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BACKGROUND: In Nepal, Streptococcus pneumoniae (pneumococcus) is a common cause of bacterial pneumonia in children, and is a major health concern. There are few data on the effect of vaccination on the disease or colonisation with pneumococci in the nasopharynx of children in this setting. The 10-valent pneumococcal conjugate vaccine (PCV10) was introduced into the routine infant immunisation schedule in Nepal in 2015. We aimed to investigate the effect of the introduction of PCV10 on pneumococcal carriage and disease in children in Nepal. METHODS: We did an observational cohort study in children in Nepal. The hospital surveillance study took place in Patan Hospital, Kathmandu, and community studies in healthy children took place in Kathmandu and Okhaldhunga district. For the surveillance study, all children admitted to Patan Hospital between March 20, 2014, and Dec 31, 2019, aged between 2 months and 14 years with clinician-suspected pneumonia, were eligible for enrolment. For the community study, healthy children aged 0-8 weeks, 6-23 months, and 24-59 months were recruited from Kathmandu, and healthy children aged 6-23 months were recruited from Okhaldhunga. We assessed the programmatic effect of PCV10 introduction using surveillance for nasopharyngeal colonisation, pneumonia, and invasive bacterial disease from 1·5 years before vaccine introduction and 4·5 years after vaccine introduction. For the surveillance study, nasopharyngeal swabs, blood cultures, and chest radiographs were obtained from children admitted to Patan Hospital with suspected pneumonia or invasive bacterial disease. For the community study, nasopharyngeal swabs were obtained from healthy children in the urban and rural settings. Pneumonia outcomes were analysed using log-binomial models and adjusted prevalence ratios (aPR) comparing each calendar year after the introduction of the vaccine into the national programme with the pre-vaccine period (2014-15), adjusted for calendar month, age, and sex. FINDINGS: Between March 20, 2014, and Dec 31, 2019, we enrolled 2051 children with suspected pneumonia, and 11 354 healthy children (8483 children aged 6-23 months, 761 aged 24-59 months, and 2110 aged 0-8 weeks) to assess nasopharyngeal colonisation. Among clinical pneumonia cases younger than 2 years, vaccine serotype carriage declined 82% (aPR 0·18 [95% CI 0·07-0·50]) by 2019. There was no decrease in vaccine serotype carriage in cases among older unvaccinated age groups. Carriage of the additional serotypes in PCV13 was 2·2 times higher by 2019 (aPR 2·17 [95% CI 1·16-4·05]), due to increases in serotypes 19A and 3. Vaccine serotype carriage in healthy children declined by 75% in those aged 6-23 months (aPR 0·25 [95% CI 0·19-0·33]) but not in those aged 24-59 months (aPR 0·59 [0·29-1·19]). A decrease in overall vaccine serotype carriage of 61% by 2019 (aPR 0·39 [95% CI 0·18-0·85]) was also observed in children younger than 8 weeks who were not yet immunised. Carriage of the additional PCV13 serotypes in children aged 6-23 months increased after PCV10 introduction for serotype 3 and 19A, but not for serotype 6A. The proportion of clinical pneumonia cases with endpoint consolidation on chest radiographs declined from 41% in the pre-vaccine period to 25% by 2018, but rose again in 2019 to 36%. INTERPRETATION: The introduction of the PCV10 vaccine into the routine immunisation programme in Nepal has reduced vaccine serotype carriage in both healthy children and children younger than 2 years with pneumonia. Increases in serotypes 19A and 3 highlight the importance of continued surveillance to monitor the effect of vaccine programmes. This analysis demonstrates a robust approach to assessing vaccine effect in situations in which pneumococcal disease endpoint effectiveness studies are not possible. FUNDING: Gavi, the Vaccine Alliance and the World Health Organization.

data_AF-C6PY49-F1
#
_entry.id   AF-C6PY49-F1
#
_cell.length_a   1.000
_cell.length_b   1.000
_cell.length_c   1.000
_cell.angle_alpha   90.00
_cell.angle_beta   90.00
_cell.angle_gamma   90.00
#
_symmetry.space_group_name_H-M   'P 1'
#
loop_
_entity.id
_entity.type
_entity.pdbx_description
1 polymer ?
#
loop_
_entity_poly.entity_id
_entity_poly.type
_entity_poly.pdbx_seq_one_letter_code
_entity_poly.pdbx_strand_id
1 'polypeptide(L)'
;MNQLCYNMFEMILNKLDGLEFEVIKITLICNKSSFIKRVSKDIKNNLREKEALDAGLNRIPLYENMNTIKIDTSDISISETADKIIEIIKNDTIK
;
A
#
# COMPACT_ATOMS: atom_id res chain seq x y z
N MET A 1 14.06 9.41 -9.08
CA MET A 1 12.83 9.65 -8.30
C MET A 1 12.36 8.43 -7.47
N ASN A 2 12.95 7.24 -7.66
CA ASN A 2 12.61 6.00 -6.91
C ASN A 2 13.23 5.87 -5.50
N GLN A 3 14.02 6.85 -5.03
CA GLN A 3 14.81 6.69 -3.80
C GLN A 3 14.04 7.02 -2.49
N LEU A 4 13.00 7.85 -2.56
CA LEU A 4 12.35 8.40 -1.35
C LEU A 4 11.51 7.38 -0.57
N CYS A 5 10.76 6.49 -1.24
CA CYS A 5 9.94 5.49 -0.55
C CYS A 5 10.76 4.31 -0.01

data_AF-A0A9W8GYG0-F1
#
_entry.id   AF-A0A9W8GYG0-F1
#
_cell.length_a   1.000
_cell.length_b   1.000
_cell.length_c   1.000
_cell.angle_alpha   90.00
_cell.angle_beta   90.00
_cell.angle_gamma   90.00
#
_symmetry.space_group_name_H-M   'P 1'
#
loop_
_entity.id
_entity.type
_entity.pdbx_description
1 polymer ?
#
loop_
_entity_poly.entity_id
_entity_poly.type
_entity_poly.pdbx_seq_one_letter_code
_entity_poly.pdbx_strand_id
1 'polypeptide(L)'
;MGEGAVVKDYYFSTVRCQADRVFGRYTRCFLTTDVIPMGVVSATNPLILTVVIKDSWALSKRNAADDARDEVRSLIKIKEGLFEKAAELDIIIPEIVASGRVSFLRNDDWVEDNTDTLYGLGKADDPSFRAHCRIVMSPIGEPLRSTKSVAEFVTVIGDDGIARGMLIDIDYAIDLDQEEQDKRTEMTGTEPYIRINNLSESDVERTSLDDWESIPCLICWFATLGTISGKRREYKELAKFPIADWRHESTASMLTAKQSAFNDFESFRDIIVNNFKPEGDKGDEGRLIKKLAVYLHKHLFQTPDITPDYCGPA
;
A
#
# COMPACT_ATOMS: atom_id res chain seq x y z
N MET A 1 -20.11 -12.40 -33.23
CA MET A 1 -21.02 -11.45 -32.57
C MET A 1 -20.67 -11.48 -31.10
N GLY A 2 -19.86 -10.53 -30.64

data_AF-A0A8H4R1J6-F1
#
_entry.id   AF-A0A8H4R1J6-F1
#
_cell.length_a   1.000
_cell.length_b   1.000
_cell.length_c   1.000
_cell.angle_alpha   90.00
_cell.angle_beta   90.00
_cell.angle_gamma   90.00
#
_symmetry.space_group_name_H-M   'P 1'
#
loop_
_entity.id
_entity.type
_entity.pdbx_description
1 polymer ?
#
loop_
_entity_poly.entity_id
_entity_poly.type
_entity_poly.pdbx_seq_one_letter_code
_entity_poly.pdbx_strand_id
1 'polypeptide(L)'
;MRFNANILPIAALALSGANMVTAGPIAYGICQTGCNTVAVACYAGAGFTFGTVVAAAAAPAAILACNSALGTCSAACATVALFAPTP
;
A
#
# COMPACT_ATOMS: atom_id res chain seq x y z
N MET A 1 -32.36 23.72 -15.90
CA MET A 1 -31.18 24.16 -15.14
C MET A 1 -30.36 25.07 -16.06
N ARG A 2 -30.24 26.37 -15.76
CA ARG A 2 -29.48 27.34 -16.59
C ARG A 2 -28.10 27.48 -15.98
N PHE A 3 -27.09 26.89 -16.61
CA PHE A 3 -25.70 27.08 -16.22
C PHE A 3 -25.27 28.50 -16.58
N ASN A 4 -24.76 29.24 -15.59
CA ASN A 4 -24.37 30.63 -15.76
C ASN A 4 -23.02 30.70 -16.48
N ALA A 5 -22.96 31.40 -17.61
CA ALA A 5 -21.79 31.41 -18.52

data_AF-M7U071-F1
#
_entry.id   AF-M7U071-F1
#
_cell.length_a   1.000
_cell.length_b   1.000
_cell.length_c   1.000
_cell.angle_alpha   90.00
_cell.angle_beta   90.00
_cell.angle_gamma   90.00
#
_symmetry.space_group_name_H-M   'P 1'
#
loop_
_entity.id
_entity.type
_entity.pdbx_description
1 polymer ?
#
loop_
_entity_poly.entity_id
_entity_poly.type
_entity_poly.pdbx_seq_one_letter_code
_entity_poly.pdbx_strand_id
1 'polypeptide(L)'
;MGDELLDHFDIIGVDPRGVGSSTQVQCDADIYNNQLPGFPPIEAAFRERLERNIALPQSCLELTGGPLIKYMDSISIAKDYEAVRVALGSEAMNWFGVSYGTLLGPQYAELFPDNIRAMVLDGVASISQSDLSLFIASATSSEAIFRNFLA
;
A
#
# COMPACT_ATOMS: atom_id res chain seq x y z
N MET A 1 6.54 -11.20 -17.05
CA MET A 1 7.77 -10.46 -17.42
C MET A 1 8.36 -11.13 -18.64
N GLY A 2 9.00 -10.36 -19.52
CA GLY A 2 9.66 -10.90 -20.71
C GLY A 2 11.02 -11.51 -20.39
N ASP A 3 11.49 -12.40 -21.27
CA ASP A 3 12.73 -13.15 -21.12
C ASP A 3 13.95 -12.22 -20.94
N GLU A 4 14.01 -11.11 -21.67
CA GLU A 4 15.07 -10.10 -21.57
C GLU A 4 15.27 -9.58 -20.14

Original publication




Journal article


Lancet Glob Health

Publication Date





e1494 - e1504


Carrier State, Child, Cohort Studies, Humans, Infant, Nepal, Pneumococcal Infections, Pneumococcal Vaccines, Pneumonia, Streptococcus pneumoniae